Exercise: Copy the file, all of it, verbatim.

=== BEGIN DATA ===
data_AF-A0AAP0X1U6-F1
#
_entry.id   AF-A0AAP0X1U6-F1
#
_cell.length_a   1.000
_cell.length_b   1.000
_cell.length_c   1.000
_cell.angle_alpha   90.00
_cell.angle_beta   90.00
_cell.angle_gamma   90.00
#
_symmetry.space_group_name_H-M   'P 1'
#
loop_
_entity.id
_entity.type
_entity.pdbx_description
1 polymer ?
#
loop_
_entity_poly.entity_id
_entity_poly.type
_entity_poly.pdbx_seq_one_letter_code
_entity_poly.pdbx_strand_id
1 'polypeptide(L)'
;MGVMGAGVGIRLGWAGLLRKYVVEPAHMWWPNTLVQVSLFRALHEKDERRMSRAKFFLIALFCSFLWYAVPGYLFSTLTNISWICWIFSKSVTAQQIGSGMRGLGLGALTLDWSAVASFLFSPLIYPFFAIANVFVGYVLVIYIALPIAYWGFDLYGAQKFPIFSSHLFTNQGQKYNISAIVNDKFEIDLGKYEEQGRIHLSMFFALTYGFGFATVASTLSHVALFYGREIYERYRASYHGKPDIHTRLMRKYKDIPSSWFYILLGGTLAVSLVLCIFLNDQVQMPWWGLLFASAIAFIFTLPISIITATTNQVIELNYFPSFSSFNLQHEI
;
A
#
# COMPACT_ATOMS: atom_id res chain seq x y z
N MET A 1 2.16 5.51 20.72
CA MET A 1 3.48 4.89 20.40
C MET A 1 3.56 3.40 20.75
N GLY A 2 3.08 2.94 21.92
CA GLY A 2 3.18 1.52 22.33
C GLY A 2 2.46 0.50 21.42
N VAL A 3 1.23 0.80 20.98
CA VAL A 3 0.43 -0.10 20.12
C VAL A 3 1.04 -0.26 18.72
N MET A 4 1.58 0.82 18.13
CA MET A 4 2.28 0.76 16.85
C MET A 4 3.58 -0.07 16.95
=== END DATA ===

data_AF-A0AAP0X1U6-F1
#
_entry.id   AF-A0AAP0X1U6-F1
#
_cell.length_a   1.000
_cell.length_b   1.000
_cell.length_c   1.000
_cell.angle_alpha   90.00
_cell.angle_beta   90.00
_cell.angle_gamma   90.00
#
_symmetry.space_group_name_H-M   'P 1'
#
loop_
_entity.id
_entity.type
_entity.pdbx_description
1 polymer ?
#
loop_
_entity_poly.entity_id
_entity_poly.type
_entity_poly.pdbx_seq_one_letter_code
_entity_poly.pdbx_strand_id
1 'polypeptide(L)'
;MGVMGAGVGIRLGWAGLLRKYVVEPAHMWWPNTLVQVSLFRALHEKDERRMSRAKFFLIALFCSFLWYAVPGYLFSTLTNISWICWIFSKSVTAQQIGSGMRGLGLGALTLDWSAVASFLFSPLIYPFFAIANVFVGYVLVIYIALPIAYWGFDLYGAQKFPIFSSHLFTNQGQKYNISAIVNDKFEIDLGKYEEQGRIHLSMFFALTYGFGFATVASTLSHVALFYGREIYERYRASYHGKPDIHTRLMRKYKDIPSSWFYILLGGTLAVSLVLCIFLNDQVQMPWWGLLFASAIAFIFTLPISIITATTNQVIELNYFPSFSSFNLQHEI
;
A
#
# COMPACT_ATOMS: atom_id res chain seq x y z
N MET A 1 2.16 5.51 20.72
CA MET A 1 3.48 4.89 20.40
C MET A 1 3.56 3.40 20.75
N GLY A 2 3.08 2.94 21.92
CA GLY A 2 3.18 1.52 22.33
C GLY A 2 2.46 0.50 21.42
N VAL A 3 1.23 0.80 20.98
CA VAL A 3 0.43 -0.10 20.12
C VAL A 3 1.04 -0.26 18.72
N MET A 4 1.58 0.82 18.13
CA MET A 4 2.28 0.76 16.85
C MET A 4 3.58 -0.07 16.95